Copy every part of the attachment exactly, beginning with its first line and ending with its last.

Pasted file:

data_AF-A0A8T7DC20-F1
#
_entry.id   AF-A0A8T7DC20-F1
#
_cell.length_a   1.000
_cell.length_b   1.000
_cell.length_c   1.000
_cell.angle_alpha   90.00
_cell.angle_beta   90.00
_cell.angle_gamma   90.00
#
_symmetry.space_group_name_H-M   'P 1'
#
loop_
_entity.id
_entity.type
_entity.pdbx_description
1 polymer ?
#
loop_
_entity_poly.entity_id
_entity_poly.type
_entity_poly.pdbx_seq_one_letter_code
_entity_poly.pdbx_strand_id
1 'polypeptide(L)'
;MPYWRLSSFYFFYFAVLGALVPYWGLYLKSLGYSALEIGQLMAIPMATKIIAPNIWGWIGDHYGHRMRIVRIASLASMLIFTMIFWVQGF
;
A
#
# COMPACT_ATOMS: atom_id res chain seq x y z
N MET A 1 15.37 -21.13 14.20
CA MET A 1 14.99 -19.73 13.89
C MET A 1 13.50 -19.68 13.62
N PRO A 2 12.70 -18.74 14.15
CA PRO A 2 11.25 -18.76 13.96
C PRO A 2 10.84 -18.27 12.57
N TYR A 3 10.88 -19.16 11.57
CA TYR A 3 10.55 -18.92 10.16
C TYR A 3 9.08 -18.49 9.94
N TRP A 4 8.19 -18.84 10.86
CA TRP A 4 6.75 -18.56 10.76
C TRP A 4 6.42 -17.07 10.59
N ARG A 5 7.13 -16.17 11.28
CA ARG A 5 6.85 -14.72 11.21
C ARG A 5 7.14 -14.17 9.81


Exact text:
data_AF-A0A8T7DC20-F1
#
_entry.id   AF-A0A8T7DC20-F1
#
_cell.length_a   1.000
_cell.length_b   1.000
_cell.length_c   1.000
_cell.angle_alpha   90.00
_cell.angle_beta   90.00
_cell.angle_gamma   90.00
#
_symmetry.space_group_name_H-M   'P 1'
#
loop_
_entity.id
_entity.type
_entity.pdbx_description
1 polymer ?
#
loop_
_entity_poly.entity_id
_entity_poly.type
_entity_poly.pdbx_seq_one_letter_code
_entity_poly.pdbx_strand_id
1 'polypeptide(L)'
;MPYWRLSSFYFFYFAVLGALVPYWGLYLKSLGYSALEIGQLMAIPMATKIIAPNIWGWIGDHYGHRMRIVRIASLASMLIFTMIFWVQGF
;
A
#
# COMPACT_ATOMS: atom_id res chain seq x y z
N MET A 1 15.37 -21.13 14.20
CA MET A 1 14.99 -19.73 13.89
C MET A 1 13.50 -19.68 13.62
N PRO A 2 12.70 -18.74 14.15
CA PRO A 2 11.25 -18.76 13.96
C PRO A 2 10.84 -18.27 12.57
N TYR A 3 10.88 -19.16 11.57
CA TYR A 3 10.55 -18.92 10.16
C TYR A 3 9.08 -18.49 9.94
N TRP A 4 8.19 -18.84 10.86
CA TRP A 4 6.75 -18.56 10.76
C TRP A 4 6.42 -17.07 10.59
N ARG A 5 7.13 -16.17 11.28
CA ARG A 5 6.85 -14.72 11.21
C ARG A 5 7.14 -14.17 9.81